Trickery used to meet EMU targets
Europhiles fight back: Treasury fights to meet currency criteria
Thursday 12 December 1996
Economists estimate Continental-style "wheezes" have helped trim the figure for the Public Sector Borrowing Requirement by more than pounds 3.5bn. That is enough to reduce the government deficit as a share of GDP from 2.9 per cent - uncomfortably close to the 3 per cent Maastricht ceiling - to a relatively impressive 2.5 per cent.
The chief accounting ploys were classing the sale of the student loan book and the sale of Ministry of Defence homes, together worth pounds 2.2bn in 1997/98, as negative spending, reducing the Government's planned expenditure total.
"All governments are doing these things, and we are no different from the others. Perhaps just a little bit better," said Peter Warburton, an economist at Robert Fleming in the City of London.
But in a BBC radio interview earlier, Kenneth Clarke, Chancellor of the Exchequer, complained that other countries cheated as they tried to fit into the financial terms created for single currency membership.
"The public accounts of most countries have, I am sure, had jiggery pokery in them from time to time, certainly careful presentation - except of course that of Her Majesty's Treasury in this country...
"People have made the books look better by putting things in which don't count."
But one senior government source told the The Independent that it was accepted within the Treasury itself that some of its own accounting devices were "no good either".
In the Commons, Mr Clarke said at the start of a two-day debate on Europe that it was not enough to meet the single currency entry terms - "convergence criteria" - in just one particular year.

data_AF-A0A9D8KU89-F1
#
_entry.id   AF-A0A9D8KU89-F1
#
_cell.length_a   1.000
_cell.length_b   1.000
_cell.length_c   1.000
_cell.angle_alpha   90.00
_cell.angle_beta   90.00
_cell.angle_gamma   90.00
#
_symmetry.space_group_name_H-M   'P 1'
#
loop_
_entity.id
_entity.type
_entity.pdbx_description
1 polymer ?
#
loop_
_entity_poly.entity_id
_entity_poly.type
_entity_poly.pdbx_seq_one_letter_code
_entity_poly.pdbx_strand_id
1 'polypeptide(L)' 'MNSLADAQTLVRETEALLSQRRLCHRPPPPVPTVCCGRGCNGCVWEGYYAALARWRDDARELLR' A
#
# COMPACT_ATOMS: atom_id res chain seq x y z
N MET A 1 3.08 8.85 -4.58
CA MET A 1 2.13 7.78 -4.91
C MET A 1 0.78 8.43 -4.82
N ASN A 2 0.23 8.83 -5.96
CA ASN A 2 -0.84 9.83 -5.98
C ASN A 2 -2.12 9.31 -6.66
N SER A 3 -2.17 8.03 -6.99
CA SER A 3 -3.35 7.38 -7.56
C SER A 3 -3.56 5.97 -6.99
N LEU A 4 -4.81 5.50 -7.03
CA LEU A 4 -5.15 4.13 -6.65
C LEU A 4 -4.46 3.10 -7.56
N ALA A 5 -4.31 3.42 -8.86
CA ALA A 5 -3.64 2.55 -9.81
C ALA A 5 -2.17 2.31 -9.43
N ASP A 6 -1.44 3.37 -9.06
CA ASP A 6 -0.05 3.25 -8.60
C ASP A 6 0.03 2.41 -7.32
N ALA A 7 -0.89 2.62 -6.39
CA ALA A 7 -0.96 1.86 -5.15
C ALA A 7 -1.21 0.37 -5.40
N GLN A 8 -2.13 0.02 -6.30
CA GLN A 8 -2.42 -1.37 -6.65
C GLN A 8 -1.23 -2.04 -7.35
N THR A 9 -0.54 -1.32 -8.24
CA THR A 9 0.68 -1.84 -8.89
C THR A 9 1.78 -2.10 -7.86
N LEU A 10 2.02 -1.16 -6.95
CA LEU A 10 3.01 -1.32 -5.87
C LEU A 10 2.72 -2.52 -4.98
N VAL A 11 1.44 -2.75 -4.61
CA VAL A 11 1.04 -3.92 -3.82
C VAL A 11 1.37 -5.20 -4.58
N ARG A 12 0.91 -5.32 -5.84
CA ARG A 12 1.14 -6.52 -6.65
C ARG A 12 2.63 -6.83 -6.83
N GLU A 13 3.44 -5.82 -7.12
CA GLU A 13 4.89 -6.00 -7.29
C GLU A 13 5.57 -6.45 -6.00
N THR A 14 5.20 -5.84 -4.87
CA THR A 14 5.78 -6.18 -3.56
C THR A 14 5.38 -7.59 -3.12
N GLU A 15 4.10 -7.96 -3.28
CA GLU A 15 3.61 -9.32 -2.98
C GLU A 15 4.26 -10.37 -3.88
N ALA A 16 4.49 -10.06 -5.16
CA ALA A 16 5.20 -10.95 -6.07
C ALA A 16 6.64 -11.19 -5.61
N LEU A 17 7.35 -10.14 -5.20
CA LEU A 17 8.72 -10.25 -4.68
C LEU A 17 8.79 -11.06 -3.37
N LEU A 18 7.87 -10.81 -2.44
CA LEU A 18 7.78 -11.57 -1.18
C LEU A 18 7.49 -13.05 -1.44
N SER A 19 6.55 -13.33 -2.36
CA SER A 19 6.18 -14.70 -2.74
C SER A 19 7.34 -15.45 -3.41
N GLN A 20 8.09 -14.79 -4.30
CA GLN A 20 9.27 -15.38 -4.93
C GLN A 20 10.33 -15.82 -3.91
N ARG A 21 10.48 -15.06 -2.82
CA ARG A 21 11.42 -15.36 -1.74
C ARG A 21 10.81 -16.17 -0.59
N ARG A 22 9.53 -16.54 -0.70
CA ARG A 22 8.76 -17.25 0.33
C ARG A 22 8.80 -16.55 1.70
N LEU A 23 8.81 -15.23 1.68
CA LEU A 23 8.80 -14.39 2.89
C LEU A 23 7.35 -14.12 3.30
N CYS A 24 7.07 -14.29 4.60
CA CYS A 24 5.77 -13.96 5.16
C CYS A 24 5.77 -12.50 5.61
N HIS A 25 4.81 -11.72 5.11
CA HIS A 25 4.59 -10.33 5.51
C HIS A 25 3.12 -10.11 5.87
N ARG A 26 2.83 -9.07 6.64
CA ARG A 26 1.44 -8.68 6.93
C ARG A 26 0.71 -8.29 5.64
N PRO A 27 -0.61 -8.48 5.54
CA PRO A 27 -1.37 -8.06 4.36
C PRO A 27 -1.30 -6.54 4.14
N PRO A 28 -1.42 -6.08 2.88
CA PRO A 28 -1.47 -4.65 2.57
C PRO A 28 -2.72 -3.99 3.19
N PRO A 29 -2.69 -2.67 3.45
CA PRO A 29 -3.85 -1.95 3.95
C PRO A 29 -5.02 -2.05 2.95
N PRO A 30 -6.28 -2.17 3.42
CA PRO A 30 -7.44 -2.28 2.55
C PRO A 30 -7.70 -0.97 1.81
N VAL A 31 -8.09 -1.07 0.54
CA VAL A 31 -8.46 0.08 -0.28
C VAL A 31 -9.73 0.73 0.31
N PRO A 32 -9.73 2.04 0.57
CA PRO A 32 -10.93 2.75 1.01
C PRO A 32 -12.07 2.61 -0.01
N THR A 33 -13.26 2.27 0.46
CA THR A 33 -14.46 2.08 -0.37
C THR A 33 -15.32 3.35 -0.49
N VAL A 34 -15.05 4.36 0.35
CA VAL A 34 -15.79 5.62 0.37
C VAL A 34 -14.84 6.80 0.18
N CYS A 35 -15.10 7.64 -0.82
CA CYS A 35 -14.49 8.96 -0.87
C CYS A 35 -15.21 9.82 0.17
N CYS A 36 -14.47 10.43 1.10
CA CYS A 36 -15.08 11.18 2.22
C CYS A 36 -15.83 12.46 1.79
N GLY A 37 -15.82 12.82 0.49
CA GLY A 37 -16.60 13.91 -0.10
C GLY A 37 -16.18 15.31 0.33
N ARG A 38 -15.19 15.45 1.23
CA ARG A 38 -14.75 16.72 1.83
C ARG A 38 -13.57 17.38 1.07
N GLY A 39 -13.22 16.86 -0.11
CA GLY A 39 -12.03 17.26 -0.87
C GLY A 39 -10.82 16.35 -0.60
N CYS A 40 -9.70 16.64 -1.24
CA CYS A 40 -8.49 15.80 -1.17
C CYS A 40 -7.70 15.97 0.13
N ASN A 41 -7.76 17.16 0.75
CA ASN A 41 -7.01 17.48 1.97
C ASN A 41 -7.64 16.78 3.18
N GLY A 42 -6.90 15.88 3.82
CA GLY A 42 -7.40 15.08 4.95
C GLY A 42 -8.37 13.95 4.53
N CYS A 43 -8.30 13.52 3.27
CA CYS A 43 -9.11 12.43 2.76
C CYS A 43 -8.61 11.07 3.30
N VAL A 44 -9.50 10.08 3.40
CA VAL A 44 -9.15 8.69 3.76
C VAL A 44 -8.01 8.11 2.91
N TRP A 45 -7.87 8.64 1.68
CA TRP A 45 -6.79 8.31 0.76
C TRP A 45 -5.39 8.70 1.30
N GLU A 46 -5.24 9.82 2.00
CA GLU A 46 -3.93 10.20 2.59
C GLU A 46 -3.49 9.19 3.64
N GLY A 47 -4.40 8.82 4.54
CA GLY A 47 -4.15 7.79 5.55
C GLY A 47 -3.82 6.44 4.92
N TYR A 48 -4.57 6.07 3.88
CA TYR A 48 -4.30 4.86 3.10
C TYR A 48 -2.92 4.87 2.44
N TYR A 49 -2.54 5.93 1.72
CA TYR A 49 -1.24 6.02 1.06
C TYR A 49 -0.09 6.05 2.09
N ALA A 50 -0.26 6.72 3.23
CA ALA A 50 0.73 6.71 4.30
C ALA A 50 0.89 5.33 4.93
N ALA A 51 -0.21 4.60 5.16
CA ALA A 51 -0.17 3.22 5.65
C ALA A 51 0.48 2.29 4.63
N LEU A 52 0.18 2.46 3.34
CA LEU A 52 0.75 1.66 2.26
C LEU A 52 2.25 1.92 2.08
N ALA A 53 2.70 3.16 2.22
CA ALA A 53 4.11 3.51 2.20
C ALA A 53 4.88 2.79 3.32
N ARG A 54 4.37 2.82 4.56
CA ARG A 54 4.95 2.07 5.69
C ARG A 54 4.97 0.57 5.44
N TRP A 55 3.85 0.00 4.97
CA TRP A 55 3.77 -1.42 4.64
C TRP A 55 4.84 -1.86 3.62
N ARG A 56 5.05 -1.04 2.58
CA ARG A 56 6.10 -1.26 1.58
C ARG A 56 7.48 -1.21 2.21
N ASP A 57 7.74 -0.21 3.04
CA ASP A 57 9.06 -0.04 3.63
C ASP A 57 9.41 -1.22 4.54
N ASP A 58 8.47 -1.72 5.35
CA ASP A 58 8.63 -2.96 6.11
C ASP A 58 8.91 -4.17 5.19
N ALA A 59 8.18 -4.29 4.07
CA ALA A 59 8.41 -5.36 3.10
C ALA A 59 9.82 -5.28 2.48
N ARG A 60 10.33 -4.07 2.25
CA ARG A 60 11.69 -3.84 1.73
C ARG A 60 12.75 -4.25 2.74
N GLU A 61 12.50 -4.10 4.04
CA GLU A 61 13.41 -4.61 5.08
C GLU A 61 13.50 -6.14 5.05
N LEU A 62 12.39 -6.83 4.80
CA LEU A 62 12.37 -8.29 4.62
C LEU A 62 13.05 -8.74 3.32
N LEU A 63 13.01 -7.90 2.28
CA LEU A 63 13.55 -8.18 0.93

"They must demonstrate a credible commitment to durable and sustainable convergence. That is the key. That is what the Treaty says, and that is the basis on which decisions about who should join Economic and Monetary Union must be taken. It is certainly the basis upon which this Government would take its decisions and cast any votes at the relevant time."
In a powerful speech, the Chancellor tried to reassure the Tory sceptics - who continually intervened to inject doubt and concern about the threat of a federal Europe.
The hostility of his own side was made clear in interventions by a series of backbenchers - from the former Chancellor, Norman Lamont, Tony Marlow, Sir Peter Tapsell, Bill Cash and John Wilkinson.
The Shadow Chancellor, Gordon Brown, told the House that while Mr Clarke had spoken with enthusiasm, passion and conviction, the question was whether he was speaking for the Conservative Party, the Government, or the Prime Minister.
He pointed out that when the Chancellor had addressed the advantages of a single currency, there had been jeers from his own side; cheers when he had spoken of the disadvantages
While the Government has ensured that there should be no vote at the end of the two-day debate tonight, Tory rebels might take the opportunity of a vote on European fisheries policy, on Monday, to stage yet another protest against Europe.
- 1 Cyclist who knocked down three-year-old girl says his life has been 'destroyed'
- 2 Chelsea victory parade: Chelsea mocked on Twitter as 'tens of fans' pack the streets of London
- 3 US warned by Chinese media to stop meddling or 'war will be inevitable'
- 4 Woman, 21, dies after taking contraceptive pill that 'caused fatal blood clot'
- 5 Isis burns woman alive for refusing to engage in 'extreme' sex act, UN says
Cyclist who knocked down three-year-old girl says his life has been 'destroyed'
US warned by Chinese media to stop meddling or 'war will be inevitable'
How China's richest man Li Hejun lost $15bn in an hour - and made a fortune
Isis burns woman alive for refusing to engage in 'extreme' sex act, UN says
Snoop Dogg on why he doesn't regret displaying misogyny towards women
As a white man, I'm surprised more women aren't tweeting the hashtag #KillAllWhiteMen
Scotland may have to leave the EU even if it votes to stay in, David Cameron confirms
The day that Britain resigned as a global power
SNP fury as HS2 finds 'no business case' for taking fast train service to Scotland
EU referendum: David Cameron's rules are a 'democratic disgrace', says French-born Scottish politician set to be denied a vote
A nation of inequality: How the UK is failing to feed its most vulnerable people
£40-50K: Guru Careers: We are seeking an experienced Software / C# Developer w...
£35 - 40k + Benefits: Guru Careers: We are seeking a Software Developer (JavaS...
£18000 - £23000 per annum + Commission: SThree: As a Trainee Recruitment Consu...